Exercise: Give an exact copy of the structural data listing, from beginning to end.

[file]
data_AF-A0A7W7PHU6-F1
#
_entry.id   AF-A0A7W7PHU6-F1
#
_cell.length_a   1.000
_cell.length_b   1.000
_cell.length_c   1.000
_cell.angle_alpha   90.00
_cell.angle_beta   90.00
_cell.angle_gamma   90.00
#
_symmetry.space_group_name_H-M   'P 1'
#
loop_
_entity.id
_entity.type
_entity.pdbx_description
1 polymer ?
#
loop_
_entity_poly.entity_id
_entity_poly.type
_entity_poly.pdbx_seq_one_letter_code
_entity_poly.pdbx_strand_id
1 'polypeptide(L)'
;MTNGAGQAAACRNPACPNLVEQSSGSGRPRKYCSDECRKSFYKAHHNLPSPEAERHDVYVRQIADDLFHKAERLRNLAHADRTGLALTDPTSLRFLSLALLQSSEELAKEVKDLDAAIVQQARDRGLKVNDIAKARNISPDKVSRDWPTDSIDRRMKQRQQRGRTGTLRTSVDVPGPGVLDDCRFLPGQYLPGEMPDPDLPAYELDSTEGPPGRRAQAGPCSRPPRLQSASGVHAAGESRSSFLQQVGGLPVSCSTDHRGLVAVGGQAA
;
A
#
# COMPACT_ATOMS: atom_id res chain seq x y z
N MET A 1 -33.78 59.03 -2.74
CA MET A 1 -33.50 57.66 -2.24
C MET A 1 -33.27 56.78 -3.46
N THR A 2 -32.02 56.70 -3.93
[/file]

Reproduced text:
data_AF-A0A7W7PHU6-F1
#
_entry.id   AF-A0A7W7PHU6-F1
#
_cell.length_a   1.000
_cell.length_b   1.000
_cell.length_c   1.000
_cell.angle_alpha   90.00
_cell.angle_beta   90.00
_cell.angle_gamma   90.00
#
_symmetry.space_group_name_H-M   'P 1'
#
loop_
_entity.id
_entity.type
_entity.pdbx_description
1 polymer ?
#
loop_
_entity_poly.entity_id
_entity_poly.type
_entity_poly.pdbx_seq_one_letter_code
_entity_poly.pdbx_strand_id
1 'polypeptide(L)'
;MTNGAGQAAACRNPACPNLVEQSSGSGRPRKYCSDECRKSFYKAHHNLPSPEAERHDVYVRQIADDLFHKAERLRNLAHADRTGLALTDPTSLRFLSLALLQSSEELAKEVKDLDAAIVQQARDRGLKVNDIAKARNISPDKVSRDWPTDSIDRRMKQRQQRGRTGTLRTSVDVPGPGVLDDCRFLPGQYLPGEMPDPDLPAYELDSTEGPPGRRAQAGPCSRPPRLQSASGVHAAGESRSSFLQQVGGLPVSCSTDHRGLVAVGGQAA
;
A
#
# COMPACT_ATOMS: atom_id res chain seq x y z
N MET A 1 -33.78 59.03 -2.74
CA MET A 1 -33.50 57.66 -2.24
C MET A 1 -33.27 56.78 -3.46
N THR A 2 -32.02 56.70 -3.93